Zamudio inspired me. Who doesn’t want to rebound from adversity with panache, to be reawakened at middle age, to forge meaning amid drudgery and isolation? Tiny Housers’ zeal approaches the religious. “It’s not really about the tiny house,” one told me. “It’s about values, a way of life.” Another said, “Your whole life changes when you live in a tiny house.” As with any sect—or recovery group—its core is the narrative of personal transformation, whether being saved or getting sober. Here the stories pivoted around Turning Tiny. Before Tiny, there was an unhappy marriage, unpaid bills, stifling office work, a home of 2,500 square feet or more; after Tiny came freedom, new love, debt relief, self-employment, and, of course, a handmade nest. When Tiny Jammers asked one another “Are you building?” it was no minor inquiry but rather the existential question, and when someone responded “Three months now,” a giddy thrill bubbled into the air, because we knew she had been reborn.
Duly evangelized, I set out to view the homes. But instead of the art brut of mad visionaries, I found professionally built sales models. An attractive rig from Northern California’s Tumbleweed Tiny House Company, the nation’s first and biggest manufacturer, cofounded by Jay Shafer himself, was outfitted with a flat-screen TV, faux-log stove, air conditioner, and washing machine, charged by a rumbling generator and encircled by a bevy of attractive salespersons in shirts that read DREAM BIG GO TINY. Cost of this model: $91,000. Inside I heard one Jammer say, “Did we bring the snacks or leave them in the car?” One of the “workshops” was a pitch by Ikea reps.
Better to call this the Tiny House Trade Show? As for the gadgets, as much as I admire a diminutive toilet, serious homesteaders make humanure by pooping into a bucket of sawdust. And a twig-burning stove can be fashioned from a No. 10 peach can. If we are trapped in a cycle of earning and spending, I wasn’t sure that any purchase would free us.
A schism in the House of Tiny! While the Luminaries espoused buying less stuff, what was happening across the field was the peddling of merch, all of it cool, none of it cheap. While a panel of real estate developers discussed the potential profitability of tiny-home villages, a petite woman from Portland, Oregon, who lives in a 100-square-foot wagon leaped to her feet and hollered, “What’s the square footage of the homes you live in?”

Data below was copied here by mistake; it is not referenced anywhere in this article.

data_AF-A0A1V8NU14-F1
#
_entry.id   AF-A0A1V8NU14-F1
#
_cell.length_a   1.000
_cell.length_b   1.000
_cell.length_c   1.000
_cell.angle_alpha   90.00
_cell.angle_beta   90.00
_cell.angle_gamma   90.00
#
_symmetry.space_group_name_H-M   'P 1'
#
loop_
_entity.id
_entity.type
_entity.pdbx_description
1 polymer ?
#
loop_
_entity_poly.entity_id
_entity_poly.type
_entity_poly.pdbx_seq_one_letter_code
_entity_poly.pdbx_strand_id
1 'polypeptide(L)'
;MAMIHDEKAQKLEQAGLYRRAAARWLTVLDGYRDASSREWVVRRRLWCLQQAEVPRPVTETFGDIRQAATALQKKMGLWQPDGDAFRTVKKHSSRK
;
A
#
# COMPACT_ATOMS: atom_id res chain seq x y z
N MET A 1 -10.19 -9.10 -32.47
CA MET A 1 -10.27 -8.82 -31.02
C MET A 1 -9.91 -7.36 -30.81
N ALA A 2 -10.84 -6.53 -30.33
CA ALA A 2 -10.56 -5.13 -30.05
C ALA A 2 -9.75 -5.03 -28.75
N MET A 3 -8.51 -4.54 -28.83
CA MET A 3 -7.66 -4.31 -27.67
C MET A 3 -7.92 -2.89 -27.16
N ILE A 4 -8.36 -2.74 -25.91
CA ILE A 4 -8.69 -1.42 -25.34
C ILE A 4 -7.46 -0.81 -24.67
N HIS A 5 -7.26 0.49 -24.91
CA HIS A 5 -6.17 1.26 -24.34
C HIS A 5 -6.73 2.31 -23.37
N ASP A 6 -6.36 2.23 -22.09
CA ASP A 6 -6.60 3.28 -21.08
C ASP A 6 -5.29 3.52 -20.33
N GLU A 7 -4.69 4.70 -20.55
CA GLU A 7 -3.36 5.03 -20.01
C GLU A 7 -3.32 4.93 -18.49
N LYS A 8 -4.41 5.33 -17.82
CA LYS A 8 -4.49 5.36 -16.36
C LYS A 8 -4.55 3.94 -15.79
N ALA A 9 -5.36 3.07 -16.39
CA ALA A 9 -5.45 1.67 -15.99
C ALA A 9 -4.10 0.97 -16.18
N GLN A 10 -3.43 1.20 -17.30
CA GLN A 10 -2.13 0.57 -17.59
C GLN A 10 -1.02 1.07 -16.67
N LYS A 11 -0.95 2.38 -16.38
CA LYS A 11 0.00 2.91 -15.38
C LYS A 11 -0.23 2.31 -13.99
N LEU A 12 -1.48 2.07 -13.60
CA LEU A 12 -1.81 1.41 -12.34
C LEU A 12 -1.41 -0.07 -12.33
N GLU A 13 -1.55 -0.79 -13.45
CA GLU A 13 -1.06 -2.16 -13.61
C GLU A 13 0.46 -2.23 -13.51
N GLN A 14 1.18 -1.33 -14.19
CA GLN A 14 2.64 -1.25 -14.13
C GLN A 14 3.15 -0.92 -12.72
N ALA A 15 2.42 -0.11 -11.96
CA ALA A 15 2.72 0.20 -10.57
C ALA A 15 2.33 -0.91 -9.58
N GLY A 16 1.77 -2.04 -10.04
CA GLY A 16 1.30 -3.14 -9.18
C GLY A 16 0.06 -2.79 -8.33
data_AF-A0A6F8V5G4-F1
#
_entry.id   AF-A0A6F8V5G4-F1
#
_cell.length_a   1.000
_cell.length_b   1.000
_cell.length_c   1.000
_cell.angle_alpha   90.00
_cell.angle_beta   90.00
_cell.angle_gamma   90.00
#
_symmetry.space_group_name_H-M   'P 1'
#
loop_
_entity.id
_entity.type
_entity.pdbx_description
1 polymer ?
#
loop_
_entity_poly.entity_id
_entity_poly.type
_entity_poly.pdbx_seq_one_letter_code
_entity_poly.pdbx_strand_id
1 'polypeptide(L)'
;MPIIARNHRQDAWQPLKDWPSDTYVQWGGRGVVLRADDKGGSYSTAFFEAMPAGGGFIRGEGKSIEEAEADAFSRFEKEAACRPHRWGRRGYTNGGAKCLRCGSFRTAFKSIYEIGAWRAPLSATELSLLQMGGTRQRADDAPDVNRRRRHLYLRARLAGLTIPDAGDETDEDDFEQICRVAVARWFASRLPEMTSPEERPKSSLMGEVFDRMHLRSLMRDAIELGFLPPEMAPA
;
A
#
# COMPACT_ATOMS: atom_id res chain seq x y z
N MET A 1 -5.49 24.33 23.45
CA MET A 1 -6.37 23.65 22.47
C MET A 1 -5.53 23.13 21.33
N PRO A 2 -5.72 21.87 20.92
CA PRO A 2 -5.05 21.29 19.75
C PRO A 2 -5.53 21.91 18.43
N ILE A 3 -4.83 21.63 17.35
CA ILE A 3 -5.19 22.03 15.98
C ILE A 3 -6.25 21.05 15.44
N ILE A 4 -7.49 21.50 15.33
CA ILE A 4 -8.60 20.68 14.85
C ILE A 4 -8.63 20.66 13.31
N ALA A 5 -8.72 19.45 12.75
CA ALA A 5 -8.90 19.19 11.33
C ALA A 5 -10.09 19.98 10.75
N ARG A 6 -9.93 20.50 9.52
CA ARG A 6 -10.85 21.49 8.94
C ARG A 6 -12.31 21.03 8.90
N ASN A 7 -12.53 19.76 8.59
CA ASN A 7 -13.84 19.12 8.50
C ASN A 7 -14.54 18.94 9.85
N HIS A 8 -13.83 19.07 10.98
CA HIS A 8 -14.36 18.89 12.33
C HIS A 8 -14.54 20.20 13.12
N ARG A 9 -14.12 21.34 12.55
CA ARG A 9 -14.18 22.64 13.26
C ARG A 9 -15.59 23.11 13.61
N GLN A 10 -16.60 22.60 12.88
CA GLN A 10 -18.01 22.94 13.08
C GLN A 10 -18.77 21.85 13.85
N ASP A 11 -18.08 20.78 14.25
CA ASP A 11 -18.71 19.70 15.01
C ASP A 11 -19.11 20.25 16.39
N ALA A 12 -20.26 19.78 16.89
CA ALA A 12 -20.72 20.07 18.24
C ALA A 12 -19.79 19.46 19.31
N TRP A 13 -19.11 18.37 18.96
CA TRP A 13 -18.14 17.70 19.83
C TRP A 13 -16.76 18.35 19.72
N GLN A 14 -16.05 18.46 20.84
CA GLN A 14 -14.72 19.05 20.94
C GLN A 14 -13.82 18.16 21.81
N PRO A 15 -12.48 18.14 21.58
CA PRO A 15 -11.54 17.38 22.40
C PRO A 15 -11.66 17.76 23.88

My unscientific polling suggested that most tiny-come-latelies were drawn in by television shows—and indeed, casting agents infiltrated the Jam, passing out cards for Tiny House Arrest, He Shed She Shed, Tiny WhoreHouse, Tiny House Mogadishu, Tiny House Swept Out to Sea (maybe I made some of those up), and even Tiny House Hunters, which documents not building a wee home but shopping for one. I surmised, perhaps unfairly, that people on these shows are less interested in dismantling the consumerist paradigm than in getting on teevee.
I rushed to the stage for the first real celebrity, a 36-year-old freeskier and carpenter named Zack Giffin who chanced into hosting Tiny House Nation, FYI network’s surprise hit that documents designing and building by reg’lar folks. Tan and blond and unshaven, Giffin took the stage in skate shoes. If Jamboree-goers were expecting bromides about rugged individualism, Giffin’s sermon felt more like Big Government liberalism, complete with “economic segregation” and “the stigma of low-income housing.” He declared, “Zoning is a good thing,” an apparent blasphemy to a flock that detests regulation—a topic so tangled that I’ll have to return to it later. Which is not to say that he dismissed craftsmanship. He praised Shafer’s elegant designs: “Without him, we wouldn’t be here.”
Two hundred people lined up to get an autograph, take a selfie, or ask some tech question like “How do I install a P-trap under a tub so that it won’t break off if I hit a speed bump?” Giffin spent five minutes with each, giving hints on hot roofs and DC inverters. His fans crossed the spectrum: bearded hipsters, married lesbians, a woman who literally rose from a wheelchair to embrace him, an active-duty soldier in a cowboy hat with bald eagles painted under the brim who, after waiting more than an hour, pressed a card into Giffin’s palm and said, “I hit you up on Facebook but you didn’t respond.”
“Oh, I’m sorry.”
“Check out my YouTube site on bug-out survival.”
Also in line was Zamudio, with a skinny fellow in cutoff tan jeans and a navy T-shirt and wide-brimmed felt hat. I speculated out loud that Giffin was the Jam’s biggest draw. Zamudio motioned to her companion. “This is Jay Shafer.”